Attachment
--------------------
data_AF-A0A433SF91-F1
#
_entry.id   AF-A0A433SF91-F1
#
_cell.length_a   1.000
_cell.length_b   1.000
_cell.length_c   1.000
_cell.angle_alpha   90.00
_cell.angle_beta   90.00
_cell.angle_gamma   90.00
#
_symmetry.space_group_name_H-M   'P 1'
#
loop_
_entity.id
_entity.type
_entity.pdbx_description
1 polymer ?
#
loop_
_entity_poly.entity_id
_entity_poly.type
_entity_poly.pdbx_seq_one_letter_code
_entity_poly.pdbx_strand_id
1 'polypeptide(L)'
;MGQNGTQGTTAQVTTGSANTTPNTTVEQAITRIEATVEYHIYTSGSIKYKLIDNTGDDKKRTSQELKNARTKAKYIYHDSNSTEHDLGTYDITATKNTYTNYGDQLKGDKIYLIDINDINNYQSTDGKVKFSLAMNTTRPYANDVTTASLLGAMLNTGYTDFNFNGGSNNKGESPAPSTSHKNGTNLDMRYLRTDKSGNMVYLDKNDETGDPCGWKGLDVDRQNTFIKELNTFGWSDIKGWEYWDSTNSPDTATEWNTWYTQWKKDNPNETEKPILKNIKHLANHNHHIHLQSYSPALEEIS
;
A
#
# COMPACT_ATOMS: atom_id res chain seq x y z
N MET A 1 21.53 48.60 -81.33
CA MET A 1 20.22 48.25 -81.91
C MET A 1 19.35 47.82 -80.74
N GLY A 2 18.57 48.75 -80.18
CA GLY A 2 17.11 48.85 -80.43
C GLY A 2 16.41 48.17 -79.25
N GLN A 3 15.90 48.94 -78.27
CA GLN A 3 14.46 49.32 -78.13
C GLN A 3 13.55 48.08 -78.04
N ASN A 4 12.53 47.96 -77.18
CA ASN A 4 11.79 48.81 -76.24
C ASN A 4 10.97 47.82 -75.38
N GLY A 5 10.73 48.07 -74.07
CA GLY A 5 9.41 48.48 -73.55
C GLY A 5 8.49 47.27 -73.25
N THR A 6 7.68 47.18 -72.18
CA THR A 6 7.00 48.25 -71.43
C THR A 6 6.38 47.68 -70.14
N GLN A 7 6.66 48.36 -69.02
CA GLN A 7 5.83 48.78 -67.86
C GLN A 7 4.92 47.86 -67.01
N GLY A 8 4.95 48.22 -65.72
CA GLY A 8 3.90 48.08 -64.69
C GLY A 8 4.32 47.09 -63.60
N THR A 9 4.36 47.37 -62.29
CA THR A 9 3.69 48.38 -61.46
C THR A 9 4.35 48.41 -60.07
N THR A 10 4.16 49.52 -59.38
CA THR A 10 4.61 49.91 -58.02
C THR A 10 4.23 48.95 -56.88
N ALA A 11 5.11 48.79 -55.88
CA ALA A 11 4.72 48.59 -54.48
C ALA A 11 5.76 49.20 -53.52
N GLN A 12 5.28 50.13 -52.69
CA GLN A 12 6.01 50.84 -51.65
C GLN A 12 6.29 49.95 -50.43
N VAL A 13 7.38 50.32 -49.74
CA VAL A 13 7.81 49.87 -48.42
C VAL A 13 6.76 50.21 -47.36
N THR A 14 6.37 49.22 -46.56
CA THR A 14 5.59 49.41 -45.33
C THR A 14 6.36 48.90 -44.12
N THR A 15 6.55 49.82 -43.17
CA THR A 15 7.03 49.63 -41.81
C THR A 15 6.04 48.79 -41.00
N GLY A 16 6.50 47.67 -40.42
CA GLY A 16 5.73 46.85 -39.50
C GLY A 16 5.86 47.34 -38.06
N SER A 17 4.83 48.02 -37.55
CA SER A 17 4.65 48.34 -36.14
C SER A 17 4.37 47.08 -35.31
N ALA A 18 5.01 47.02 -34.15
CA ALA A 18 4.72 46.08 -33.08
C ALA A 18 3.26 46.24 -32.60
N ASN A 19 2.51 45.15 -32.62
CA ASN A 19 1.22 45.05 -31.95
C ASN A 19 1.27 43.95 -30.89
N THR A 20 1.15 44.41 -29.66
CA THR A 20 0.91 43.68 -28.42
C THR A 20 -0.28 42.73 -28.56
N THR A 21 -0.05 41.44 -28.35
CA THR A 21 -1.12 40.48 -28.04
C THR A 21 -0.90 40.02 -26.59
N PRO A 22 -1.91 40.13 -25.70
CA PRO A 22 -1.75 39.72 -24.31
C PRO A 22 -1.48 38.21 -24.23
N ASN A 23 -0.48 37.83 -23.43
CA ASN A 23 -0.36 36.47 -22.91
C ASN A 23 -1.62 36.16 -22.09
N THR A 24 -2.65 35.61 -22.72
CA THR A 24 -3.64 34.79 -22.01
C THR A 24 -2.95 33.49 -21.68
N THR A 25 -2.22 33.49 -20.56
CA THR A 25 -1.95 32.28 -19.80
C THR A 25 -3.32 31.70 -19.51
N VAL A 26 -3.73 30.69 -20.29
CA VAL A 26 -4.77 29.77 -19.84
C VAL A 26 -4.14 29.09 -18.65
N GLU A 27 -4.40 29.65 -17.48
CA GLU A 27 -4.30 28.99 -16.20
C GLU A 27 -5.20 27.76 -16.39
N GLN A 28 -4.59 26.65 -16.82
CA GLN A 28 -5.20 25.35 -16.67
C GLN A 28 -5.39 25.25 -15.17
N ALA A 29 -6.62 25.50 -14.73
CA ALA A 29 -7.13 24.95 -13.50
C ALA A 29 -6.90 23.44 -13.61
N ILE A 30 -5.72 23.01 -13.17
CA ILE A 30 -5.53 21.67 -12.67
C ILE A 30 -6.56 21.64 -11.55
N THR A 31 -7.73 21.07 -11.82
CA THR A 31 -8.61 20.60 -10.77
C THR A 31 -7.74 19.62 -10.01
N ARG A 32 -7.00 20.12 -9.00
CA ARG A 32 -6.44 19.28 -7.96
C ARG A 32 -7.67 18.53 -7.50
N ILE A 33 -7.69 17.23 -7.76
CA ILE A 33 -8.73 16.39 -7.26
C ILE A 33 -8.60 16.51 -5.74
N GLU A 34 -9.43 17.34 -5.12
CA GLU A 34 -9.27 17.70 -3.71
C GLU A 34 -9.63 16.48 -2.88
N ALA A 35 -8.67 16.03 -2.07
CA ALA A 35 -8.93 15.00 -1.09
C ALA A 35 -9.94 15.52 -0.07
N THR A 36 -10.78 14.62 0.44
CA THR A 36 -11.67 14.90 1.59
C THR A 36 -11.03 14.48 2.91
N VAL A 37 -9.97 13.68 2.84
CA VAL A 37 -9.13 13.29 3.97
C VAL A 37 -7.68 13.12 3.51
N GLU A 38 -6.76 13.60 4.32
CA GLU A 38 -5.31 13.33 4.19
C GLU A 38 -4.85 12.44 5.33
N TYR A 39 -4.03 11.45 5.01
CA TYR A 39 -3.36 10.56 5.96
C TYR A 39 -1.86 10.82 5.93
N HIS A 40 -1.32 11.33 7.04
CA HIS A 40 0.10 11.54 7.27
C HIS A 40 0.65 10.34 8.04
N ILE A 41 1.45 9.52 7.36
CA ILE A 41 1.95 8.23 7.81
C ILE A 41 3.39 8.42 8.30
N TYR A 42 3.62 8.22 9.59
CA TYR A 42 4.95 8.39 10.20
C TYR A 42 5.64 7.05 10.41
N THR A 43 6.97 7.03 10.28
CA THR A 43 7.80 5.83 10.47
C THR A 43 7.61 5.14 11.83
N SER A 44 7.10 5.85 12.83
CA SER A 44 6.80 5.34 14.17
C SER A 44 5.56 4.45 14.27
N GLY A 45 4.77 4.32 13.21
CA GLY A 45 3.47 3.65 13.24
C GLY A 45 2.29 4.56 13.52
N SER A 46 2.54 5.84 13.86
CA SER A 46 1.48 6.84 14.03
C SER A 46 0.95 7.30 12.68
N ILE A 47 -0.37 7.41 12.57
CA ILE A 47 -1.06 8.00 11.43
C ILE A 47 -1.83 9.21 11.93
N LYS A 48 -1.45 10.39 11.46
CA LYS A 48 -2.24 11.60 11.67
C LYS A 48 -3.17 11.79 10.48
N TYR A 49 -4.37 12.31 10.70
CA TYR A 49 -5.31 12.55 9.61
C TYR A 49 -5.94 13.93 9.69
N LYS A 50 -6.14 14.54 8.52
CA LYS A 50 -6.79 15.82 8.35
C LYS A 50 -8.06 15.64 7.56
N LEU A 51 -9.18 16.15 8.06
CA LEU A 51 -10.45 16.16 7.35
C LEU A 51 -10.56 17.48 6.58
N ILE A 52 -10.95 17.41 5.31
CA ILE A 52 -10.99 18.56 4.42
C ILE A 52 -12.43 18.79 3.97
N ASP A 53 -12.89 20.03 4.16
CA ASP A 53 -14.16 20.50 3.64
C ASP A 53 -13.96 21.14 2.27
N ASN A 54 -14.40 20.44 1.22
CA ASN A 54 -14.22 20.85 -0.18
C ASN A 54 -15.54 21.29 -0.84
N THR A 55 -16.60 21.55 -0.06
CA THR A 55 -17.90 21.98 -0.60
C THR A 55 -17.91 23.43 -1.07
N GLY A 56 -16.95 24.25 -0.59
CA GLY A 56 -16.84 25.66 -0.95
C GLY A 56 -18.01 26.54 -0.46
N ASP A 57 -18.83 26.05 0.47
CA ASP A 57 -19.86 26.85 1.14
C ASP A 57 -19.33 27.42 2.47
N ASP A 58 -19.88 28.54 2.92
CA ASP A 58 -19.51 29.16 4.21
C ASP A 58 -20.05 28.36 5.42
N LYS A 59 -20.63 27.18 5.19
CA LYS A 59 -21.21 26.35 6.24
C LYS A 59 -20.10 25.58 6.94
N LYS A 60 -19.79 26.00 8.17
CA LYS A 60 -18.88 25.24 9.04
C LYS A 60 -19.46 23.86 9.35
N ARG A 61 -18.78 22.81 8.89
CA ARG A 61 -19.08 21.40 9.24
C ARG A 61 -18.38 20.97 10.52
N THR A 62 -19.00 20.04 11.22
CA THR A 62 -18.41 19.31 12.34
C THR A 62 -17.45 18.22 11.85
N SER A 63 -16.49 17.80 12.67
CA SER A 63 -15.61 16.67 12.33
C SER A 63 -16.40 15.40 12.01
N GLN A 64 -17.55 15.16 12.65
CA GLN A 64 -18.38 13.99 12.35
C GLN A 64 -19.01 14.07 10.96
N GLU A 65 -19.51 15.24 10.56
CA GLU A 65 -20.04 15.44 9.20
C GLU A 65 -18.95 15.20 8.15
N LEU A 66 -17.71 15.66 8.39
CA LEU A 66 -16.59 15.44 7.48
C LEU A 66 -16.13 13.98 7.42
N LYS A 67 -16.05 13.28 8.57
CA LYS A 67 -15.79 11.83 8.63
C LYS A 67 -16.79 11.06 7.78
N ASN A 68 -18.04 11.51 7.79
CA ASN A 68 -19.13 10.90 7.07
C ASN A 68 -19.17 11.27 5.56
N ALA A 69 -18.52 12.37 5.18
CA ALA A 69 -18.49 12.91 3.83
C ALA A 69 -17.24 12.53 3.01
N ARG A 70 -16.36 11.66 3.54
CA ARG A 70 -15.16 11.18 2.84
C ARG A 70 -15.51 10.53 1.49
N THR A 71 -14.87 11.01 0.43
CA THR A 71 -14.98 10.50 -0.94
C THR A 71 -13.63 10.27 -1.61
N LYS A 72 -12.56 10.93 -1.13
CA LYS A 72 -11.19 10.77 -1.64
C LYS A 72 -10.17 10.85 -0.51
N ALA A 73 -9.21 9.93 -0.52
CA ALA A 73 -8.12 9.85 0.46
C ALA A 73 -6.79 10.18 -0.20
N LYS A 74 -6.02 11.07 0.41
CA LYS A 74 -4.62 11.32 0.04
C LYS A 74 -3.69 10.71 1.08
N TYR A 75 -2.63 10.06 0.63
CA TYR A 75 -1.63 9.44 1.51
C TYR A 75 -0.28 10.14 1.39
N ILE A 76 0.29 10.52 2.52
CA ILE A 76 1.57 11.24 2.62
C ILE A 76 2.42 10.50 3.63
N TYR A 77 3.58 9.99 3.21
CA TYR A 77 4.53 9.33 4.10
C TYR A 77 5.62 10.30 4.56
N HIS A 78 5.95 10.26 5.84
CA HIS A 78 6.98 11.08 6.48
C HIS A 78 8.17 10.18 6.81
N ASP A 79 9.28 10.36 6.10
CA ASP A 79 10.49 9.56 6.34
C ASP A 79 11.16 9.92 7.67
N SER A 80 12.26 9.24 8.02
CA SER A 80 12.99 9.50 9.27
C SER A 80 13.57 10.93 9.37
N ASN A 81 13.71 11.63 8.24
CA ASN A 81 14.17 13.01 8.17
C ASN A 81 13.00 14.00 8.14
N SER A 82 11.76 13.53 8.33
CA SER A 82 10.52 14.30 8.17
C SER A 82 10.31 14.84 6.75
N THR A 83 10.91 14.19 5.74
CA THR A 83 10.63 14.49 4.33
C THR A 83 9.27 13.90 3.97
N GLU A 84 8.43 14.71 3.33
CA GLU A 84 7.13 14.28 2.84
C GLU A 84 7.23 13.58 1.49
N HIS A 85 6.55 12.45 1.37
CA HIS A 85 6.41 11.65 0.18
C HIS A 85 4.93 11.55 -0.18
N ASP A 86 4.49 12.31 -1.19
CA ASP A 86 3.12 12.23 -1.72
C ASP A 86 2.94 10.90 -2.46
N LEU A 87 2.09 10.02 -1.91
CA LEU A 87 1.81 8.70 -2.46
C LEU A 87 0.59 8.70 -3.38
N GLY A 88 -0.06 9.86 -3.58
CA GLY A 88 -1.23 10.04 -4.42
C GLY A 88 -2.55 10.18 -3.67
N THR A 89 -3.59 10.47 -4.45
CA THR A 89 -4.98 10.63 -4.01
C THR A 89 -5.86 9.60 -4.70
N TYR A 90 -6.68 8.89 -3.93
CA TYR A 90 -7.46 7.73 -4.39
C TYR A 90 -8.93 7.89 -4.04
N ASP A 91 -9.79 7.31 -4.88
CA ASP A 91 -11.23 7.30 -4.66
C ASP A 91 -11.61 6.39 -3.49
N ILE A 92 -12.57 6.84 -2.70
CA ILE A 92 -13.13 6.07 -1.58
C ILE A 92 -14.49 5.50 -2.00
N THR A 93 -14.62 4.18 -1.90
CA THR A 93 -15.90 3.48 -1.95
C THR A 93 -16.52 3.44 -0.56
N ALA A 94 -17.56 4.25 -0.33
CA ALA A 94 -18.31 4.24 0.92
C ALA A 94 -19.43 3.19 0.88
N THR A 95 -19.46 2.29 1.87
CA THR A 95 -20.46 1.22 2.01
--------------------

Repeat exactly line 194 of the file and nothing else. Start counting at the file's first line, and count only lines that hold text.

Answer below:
CA THR A 55 -17.90 21.98 -0.60